Finally, I was given the number to a guy named Remo. I called Remo at Elite Automotive Repair and he says “Sure! I could do that.” Apparently Remo is the guy that takes on all the jobs no one else wants to do. And he stays pretty busy because of it! Remo looked the trailer over and quoted us around $1000 to do everything. When all was said and done, he extended the tongue (so we could open the trunk while hitched up), replaced the coupler, cut away several sections of the frame and welded new pieces in, welded in a wheel and new chains, banged out a few dents, repacked the bearings, got new tires and sealed stuff up with tar and paint.
Remo went around the frame and banged it with a hammer. Anywhere the frame fell apart from the hammer, he cut away and replaced it.
Here’s a nice before and after shot of the tongue!
We ended up spending about $1200 in repairs, which I was totally fine with. Add that to the $1700 we originally spent on her, and it’s still much cheaper than buying a new trailer! Plus… she’s vintage. So there is that.
Gidget’s previous owners used her for hunting, deep in the woods of the Michigan’s UP. We think it’s safe to say they stored her in their yard and she sat through any number of harsh, Northern Winters before coming to us. Who knows, she could have sat there every winter since 1956. We have learned that any vehicle or trailer sitting over grass for any length of time will suffer damage. The moisture will eventually eat away at the undersides of your trailer. We plan on storing Gidget on our driveway, or over a tarp perhaps.
After the repairs were done, I spent some time rolling around underneath to seal up the remaining cracks and holes. There were a few spots that had caught fire while the welding was taking place. There was paint touch ups to be done because of this and a piece of wood to replace in front, along the floor. Here are a few of the supplies I used, along with some spray foam insulation:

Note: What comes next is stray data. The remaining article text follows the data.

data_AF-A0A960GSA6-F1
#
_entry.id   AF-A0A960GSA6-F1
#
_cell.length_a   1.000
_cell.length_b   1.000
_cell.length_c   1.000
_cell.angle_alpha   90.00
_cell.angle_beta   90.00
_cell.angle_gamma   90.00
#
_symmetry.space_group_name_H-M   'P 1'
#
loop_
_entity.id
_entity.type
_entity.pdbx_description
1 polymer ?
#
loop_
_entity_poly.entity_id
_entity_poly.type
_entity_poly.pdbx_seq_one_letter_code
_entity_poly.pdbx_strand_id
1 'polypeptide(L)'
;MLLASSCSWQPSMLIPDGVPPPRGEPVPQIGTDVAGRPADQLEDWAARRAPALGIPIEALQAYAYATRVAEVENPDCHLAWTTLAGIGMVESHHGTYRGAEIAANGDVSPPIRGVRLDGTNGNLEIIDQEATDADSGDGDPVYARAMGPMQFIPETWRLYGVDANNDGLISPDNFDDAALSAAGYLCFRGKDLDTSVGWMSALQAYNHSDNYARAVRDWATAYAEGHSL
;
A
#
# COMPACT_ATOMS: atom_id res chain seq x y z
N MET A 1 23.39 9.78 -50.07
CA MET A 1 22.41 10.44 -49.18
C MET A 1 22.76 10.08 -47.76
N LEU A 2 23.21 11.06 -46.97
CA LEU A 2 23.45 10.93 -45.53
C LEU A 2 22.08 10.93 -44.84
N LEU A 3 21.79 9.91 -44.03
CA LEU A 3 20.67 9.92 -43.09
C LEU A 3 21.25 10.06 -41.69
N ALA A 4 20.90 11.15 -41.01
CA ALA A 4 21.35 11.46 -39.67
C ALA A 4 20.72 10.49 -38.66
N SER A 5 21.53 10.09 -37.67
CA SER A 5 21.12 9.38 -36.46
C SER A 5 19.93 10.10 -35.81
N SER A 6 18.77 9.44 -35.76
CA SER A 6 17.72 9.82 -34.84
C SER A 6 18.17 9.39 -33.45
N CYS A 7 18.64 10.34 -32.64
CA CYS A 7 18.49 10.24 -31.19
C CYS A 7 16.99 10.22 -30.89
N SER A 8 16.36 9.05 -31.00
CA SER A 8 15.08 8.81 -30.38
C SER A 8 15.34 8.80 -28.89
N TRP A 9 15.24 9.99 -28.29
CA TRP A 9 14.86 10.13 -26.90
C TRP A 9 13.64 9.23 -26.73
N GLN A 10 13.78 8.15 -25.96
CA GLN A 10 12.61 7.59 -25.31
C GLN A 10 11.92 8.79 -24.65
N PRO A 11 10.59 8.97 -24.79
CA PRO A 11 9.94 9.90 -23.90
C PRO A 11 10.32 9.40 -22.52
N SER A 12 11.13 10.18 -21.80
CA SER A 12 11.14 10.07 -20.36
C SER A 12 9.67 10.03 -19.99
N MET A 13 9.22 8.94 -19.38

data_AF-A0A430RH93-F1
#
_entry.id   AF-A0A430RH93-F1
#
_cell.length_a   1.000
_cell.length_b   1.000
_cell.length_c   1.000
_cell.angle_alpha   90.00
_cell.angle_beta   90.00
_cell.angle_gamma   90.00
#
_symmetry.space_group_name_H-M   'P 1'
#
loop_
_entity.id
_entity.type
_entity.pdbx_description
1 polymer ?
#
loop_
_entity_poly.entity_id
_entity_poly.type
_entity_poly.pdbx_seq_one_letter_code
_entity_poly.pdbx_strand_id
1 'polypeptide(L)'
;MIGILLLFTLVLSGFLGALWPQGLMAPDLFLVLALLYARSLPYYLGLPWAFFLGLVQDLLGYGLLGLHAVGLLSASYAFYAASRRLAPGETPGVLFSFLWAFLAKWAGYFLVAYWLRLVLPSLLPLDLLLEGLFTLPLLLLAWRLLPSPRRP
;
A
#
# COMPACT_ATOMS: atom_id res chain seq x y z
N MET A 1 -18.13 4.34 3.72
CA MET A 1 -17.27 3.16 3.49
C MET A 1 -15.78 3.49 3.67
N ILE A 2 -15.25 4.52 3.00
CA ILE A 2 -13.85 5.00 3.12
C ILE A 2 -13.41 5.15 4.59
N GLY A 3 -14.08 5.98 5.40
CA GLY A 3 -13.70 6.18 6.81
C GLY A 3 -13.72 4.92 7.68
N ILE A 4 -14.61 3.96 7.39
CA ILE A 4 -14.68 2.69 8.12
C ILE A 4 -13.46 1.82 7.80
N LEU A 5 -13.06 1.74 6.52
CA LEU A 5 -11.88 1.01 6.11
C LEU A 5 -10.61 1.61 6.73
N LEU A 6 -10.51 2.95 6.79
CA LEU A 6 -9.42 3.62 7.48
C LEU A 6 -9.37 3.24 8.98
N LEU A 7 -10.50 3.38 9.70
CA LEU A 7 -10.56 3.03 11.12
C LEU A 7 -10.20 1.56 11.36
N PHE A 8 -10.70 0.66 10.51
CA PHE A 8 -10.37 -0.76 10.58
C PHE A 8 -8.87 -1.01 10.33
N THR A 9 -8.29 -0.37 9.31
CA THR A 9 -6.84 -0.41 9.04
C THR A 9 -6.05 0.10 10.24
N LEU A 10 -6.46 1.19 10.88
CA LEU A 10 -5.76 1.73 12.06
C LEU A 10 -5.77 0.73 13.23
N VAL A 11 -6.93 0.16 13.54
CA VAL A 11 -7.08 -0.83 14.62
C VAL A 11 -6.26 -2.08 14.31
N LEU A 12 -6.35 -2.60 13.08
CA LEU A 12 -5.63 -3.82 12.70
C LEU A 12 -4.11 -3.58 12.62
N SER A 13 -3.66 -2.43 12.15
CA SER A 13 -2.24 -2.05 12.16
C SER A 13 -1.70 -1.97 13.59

Here’s the finish shot of the underside. Still not the prettiest thing to look at, but she’s sealed up from moisture, bugs and further rust corrosion. And hopefully, strong enough to enjoy many years of family fun and memory making.
On the fence with purchasing a well LOVED 1947 Kit Chateau. She seems a bit rough but your posts and blogs were extremely helpful and encouraging. Looks like I can get her for about $500 (tops) I am comfortable replacing the floor/flooring and the cupboards etc are in really good shape. I am wondering if there is water damage but not rot-can you just sand/seal and paint?
Depending on how bad the leak was – if it didn’t cause a lot of damage you may be able to dry it all out and seal it up. It’s hard for me to say without seeing it. You’d want to be sure that you fixed the source of the problem and point a fan on it to get it dry. Watch the area after it rains to see if any new water is getting in. If there is mold, you’ll want to clean that up with bleach or mold killer – don’t sand! Sanding will release the mold into the air. I recently bought a small ozone generator to kill lingering mold in the air and on exposed wood. Paint can definitely seal a lot of stuff up, so if you feel confident that the problem isn’t continuing and that there isn’t structural damage, then by all means, coat it in paint!! :)
Great job and I know from experience because we just finishing up our 1964 century
Wow. Big job, looks great. I love welders who care (and plumbers and carpenters and electricians ….). They keep things going. You will be having many great years of holidays in your vintage trailer.